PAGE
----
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Technology’s impact on financial inclusion is not what you think

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By Leora Klapper

Since the first iteration of the Global Findex survey in 2011, the share of adults in developing economies with a financial account has risen to 71%—an increase of more than 50 percentage points. While that growth is worth celebrating, the total numbers hide significant differences in how and why adults today in developing economies are accessing and using financial services.

From 2011 to 2017, financial inclusion efforts were driven by “scale,” as governments in large-population economies like India and China enacted policies specifically to increase account access. Between 2017 and 2021, however, global trends shifted toward broader “scope,” such that 34 developing economies of different sizes increased their share of adults with a financial account by more than 10 percentage points. Both scale and scope expansion of financial inclusion have been enabled by customer-facing digital technology—but the kind of technology making an impact and how it’s delivering results may not be what you think.

How does Findex assess the role of “digital technology” in financial inclusion?

A great deal of focus and excitement has pointed toward the digital-only services offered by non-bank financial entities such as mobile money providers or other financial technology firms (fintechs). Mobile money is a financial service offered by a telecom or a fintech firm that partners with mobile network operators, independent of the traditional banking network (this is different from traditional banking services accessed through a mobile phone). Mobile money services are typically enhanced by local mobile agents, where customers can conveniently deposit even small amounts of cash to make payments, pay bills, send remittances, or store money outside of the home. These actors are centrally important in the economies of sub-Saharan Africa, as well as in places like Bangladesh and Paraguay. Yet contrary to the amount of attention they get, they are not the only source driving growth in digital inclusion. They aren’t even the largest source.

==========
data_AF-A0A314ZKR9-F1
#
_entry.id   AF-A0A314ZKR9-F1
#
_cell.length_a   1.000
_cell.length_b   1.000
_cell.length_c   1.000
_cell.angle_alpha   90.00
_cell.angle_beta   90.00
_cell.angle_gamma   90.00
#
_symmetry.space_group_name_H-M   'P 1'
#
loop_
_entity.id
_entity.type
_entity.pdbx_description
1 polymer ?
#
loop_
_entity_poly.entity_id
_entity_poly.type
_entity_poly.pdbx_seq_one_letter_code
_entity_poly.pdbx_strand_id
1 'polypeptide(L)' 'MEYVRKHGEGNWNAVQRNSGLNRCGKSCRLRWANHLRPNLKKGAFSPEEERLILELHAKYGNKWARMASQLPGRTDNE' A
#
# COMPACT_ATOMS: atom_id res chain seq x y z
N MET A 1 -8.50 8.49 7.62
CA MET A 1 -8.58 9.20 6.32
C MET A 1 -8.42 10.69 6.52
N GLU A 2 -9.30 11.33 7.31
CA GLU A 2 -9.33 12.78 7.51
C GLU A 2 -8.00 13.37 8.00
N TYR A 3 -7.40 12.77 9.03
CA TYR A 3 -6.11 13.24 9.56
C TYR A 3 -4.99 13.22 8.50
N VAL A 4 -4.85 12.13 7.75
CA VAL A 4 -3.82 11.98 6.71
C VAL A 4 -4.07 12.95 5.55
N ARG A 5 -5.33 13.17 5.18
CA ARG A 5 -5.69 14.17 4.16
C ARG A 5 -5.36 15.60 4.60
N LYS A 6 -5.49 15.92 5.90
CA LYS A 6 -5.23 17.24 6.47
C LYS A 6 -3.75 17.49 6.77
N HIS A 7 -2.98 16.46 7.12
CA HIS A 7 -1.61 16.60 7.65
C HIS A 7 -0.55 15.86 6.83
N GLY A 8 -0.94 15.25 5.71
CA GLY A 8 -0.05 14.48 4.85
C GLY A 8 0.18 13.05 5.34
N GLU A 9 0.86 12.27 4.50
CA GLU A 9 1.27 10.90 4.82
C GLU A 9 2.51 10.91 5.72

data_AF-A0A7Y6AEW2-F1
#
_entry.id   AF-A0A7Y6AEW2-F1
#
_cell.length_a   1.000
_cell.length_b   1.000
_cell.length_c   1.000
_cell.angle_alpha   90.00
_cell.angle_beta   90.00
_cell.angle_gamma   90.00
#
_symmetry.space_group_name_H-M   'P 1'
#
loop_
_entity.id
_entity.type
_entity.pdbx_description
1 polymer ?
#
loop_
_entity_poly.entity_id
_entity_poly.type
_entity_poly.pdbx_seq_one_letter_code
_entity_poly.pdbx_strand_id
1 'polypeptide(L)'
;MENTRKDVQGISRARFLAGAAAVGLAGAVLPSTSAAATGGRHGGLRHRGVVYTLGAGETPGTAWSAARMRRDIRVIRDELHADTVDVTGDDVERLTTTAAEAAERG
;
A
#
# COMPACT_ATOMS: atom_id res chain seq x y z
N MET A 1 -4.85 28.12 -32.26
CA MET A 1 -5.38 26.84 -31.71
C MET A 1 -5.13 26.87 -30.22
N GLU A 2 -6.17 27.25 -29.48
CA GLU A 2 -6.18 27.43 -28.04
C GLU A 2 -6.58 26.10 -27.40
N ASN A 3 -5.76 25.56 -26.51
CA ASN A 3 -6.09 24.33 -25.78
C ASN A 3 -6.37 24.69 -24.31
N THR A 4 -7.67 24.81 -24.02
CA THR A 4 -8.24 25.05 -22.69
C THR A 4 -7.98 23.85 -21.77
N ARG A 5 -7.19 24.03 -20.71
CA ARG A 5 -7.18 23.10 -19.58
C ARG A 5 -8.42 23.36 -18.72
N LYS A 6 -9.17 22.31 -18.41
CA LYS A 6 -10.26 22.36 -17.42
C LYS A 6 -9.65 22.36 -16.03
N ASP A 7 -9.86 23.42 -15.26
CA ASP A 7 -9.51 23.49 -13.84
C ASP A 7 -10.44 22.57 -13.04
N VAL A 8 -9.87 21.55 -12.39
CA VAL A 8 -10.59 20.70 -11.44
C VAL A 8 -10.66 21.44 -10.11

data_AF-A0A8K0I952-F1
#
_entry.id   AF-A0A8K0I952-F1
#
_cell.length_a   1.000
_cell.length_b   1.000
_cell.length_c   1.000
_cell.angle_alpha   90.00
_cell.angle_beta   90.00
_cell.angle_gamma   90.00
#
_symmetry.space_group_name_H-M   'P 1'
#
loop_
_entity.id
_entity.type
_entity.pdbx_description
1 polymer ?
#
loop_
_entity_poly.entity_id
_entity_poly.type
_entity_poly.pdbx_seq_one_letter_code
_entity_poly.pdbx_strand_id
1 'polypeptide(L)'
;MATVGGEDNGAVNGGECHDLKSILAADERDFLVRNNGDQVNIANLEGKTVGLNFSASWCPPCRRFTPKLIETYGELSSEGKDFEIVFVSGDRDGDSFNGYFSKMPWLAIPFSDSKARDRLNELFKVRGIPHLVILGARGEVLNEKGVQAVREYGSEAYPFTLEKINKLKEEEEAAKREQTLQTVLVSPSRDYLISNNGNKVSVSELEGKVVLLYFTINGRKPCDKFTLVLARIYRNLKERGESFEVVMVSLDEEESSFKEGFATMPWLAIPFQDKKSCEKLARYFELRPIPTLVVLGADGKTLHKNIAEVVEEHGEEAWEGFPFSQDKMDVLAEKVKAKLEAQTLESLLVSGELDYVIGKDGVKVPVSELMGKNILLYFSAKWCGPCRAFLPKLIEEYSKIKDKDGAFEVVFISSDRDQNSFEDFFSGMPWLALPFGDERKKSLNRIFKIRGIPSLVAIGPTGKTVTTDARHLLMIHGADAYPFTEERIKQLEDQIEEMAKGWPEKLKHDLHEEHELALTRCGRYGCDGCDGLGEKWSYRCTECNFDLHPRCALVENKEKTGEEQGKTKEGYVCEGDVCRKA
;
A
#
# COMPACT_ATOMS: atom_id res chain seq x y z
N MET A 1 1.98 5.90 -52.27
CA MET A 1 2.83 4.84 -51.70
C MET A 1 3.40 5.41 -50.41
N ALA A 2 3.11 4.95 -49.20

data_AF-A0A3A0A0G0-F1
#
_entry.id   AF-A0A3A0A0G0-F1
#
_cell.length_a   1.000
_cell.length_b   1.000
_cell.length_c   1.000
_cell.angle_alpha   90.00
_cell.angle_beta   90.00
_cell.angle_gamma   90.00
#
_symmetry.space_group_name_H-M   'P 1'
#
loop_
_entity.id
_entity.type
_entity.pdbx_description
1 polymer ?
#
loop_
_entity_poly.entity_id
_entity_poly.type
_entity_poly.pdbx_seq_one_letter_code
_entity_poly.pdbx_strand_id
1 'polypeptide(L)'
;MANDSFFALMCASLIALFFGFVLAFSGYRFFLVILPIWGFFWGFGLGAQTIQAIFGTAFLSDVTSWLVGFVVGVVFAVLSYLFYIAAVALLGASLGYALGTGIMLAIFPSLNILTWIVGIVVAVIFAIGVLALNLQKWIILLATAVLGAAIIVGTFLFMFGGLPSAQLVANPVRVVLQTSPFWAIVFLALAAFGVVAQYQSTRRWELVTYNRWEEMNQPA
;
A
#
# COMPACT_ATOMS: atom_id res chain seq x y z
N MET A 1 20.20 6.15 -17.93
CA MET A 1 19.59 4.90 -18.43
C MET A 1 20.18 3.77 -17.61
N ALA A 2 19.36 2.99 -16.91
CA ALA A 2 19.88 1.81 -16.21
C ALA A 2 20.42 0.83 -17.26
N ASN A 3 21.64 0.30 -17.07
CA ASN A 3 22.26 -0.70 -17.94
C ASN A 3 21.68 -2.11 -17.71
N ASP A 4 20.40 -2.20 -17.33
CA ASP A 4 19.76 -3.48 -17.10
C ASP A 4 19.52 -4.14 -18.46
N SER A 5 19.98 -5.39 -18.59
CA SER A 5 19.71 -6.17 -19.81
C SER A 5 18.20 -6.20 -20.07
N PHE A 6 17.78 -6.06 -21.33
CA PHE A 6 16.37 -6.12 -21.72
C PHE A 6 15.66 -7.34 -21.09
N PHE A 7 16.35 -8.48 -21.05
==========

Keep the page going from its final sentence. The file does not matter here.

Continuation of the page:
The Global Findex captures the demand-side perspective on financial services digitalization in two ways. First, we ask adults about the accounts people have (whether they are with a traditional financial institution like a bank, or, as we’ve asked since 2014, with a mobile money provider). Then we ask about the services and transactions respondents use, distinguishing cash-based transactions from those executed through a computer, mobile device, or card-based payment network without cash changing hands. That holistic view allows us to highlight the relative impact of digital accounts as well as digital transactions, such as direct digital payments.

Mobile money accounts play a critical role in Sub-Saharan Africa and other countries

Ten percent of adults worldwide had a mobile money account in 2021, up from 4% in 2017. That rises to 13% of adults when we look only at mobile money account ownership in developing economies. A minority of those mobile money account holders (about one in four) only have a mobile money account. The rest have accounts with both a mobile money provider and a bank or similar financial institution, suggesting that the marginal impact of mobile money on access to financial services—while significant in certain economies—is minimal at global scale.

Mobile money provides a critical service in some economies. Regionally, Sub-Saharan Africa is the world leader in mobile money accounts, with 33% of adults in the region having one—just six percentage points fewer than the 39% of adults in the region with an account at a bank or similar financial institution. Mobile money adoption grew by 13 percentage points since 2017, a rate that mirrors the 13 percentage points of growth in regional ownership of any kind of financial account. In certain economies, such as in Benin, Cameroon, Ghana, and Malawi, adults even appear to be replacing their financial institution accounts with mobile money accounts: the share of adults with accounts of any kind rose in these economies between 2017 and 2021 as the percentage share represented by traditional brick and mortar accounts declined.